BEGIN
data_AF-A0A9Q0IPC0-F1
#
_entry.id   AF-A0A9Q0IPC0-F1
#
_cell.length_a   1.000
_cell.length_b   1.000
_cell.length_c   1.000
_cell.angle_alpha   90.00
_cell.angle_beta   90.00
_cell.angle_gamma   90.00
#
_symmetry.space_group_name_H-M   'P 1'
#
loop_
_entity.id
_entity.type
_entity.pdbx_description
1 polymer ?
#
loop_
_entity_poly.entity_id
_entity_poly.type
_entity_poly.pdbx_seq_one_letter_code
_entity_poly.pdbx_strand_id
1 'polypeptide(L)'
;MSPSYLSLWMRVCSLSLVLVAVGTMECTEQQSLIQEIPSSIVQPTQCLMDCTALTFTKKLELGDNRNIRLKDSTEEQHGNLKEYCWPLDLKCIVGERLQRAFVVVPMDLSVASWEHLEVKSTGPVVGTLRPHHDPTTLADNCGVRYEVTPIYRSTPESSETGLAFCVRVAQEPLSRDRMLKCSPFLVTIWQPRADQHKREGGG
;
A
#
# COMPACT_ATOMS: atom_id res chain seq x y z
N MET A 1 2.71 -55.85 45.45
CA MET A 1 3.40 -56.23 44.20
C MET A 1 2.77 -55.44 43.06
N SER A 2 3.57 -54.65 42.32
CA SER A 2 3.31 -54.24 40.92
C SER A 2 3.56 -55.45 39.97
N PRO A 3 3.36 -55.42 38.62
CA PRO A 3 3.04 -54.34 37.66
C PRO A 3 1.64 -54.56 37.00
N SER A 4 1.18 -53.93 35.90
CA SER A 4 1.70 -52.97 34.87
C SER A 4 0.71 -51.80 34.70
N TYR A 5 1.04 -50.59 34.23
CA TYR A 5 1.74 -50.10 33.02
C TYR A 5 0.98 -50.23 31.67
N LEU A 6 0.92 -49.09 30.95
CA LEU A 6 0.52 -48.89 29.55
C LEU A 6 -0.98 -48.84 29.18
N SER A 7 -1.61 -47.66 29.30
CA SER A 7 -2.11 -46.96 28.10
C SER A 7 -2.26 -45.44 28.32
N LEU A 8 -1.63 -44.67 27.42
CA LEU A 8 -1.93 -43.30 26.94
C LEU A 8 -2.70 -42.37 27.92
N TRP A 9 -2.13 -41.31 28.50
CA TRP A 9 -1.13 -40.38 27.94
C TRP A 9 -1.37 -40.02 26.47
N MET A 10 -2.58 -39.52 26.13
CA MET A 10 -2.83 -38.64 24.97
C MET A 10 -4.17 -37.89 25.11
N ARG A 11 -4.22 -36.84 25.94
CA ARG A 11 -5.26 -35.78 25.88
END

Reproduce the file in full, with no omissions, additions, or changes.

data_AF-A0A9Q0IPC0-F1
#
_entry.id   AF-A0A9Q0IPC0-F1
#
_cell.length_a   1.000
_cell.length_b   1.000
_cell.length_c   1.000
_cell.angle_alpha   90.00
_cell.angle_beta   90.00
_cell.angle_gamma   90.00
#
_symmetry.space_group_name_H-M   'P 1'
#
loop_
_entity.id
_entity.type
_entity.pdbx_description
1 polymer ?
#
loop_
_entity_poly.entity_id
_entity_poly.type
_entity_poly.pdbx_seq_one_letter_code
_entity_poly.pdbx_strand_id
1 'polypeptide(L)'
;MSPSYLSLWMRVCSLSLVLVAVGTMECTEQQSLIQEIPSSIVQPTQCLMDCTALTFTKKLELGDNRNIRLKDSTEEQHGNLKEYCWPLDLKCIVGERLQRAFVVVPMDLSVASWEHLEVKSTGPVVGTLRPHHDPTTLADNCGVRYEVTPIYRSTPESSETGLAFCVRVAQEPLSRDRMLKCSPFLVTIWQPRADQHKREGGG
;
A
#
# COMPACT_ATOMS: atom_id res chain seq x y z
N MET A 1 2.71 -55.85 45.45
CA MET A 1 3.40 -56.23 44.20
C MET A 1 2.77 -55.44 43.06
N SER A 2 3.57 -54.65 42.32
CA SER A 2 3.31 -54.24 40.92
C SER A 2 3.56 -55.45 39.97
N PRO A 3 3.36 -55.42 38.62
CA PRO A 3 3.04 -54.34 37.66
C PRO A 3 1.64 -54.56 37.00
N SER A 4 1.18 -53.93 35.90
CA SER A 4 1.70 -52.97 34.87
C SER A 4 0.71 -51.80 34.70
N TYR A 5 1.04 -50.59 34.23
CA TYR A 5 1.74 -50.10 33.02
C TYR A 5 0.98 -50.23 31.67
N LEU A 6 0.92 -49.09 30.95
CA LEU A 6 0.52 -48.89 29.55
C LEU A 6 -0.98 -48.84 29.18
N SER A 7 -1.61 -47.66 29.30
CA SER A 7 -2.11 -46.96 28.10
C SER A 7 -2.26 -45.44 28.32
N LEU A 8 -1.63 -44.67 27.42
CA LEU A 8 -1.93 -43.30 26.94
C LEU A 8 -2.70 -42.37 27.92
N TRP A 9 -2.13 -41.31 28.50
CA TRP A 9 -1.13 -40.38 27.94
C TRP A 9 -1.37 -40.02 26.47
N MET A 10 -2.58 -39.52 26.13
CA MET A 10 -2.83 -38.64 24.97
C MET A 10 -4.17 -37.89 25.11
N ARG A 11 -4.22 -36.84 25.94
CA ARG A 11 -5.26 -35.78 25.88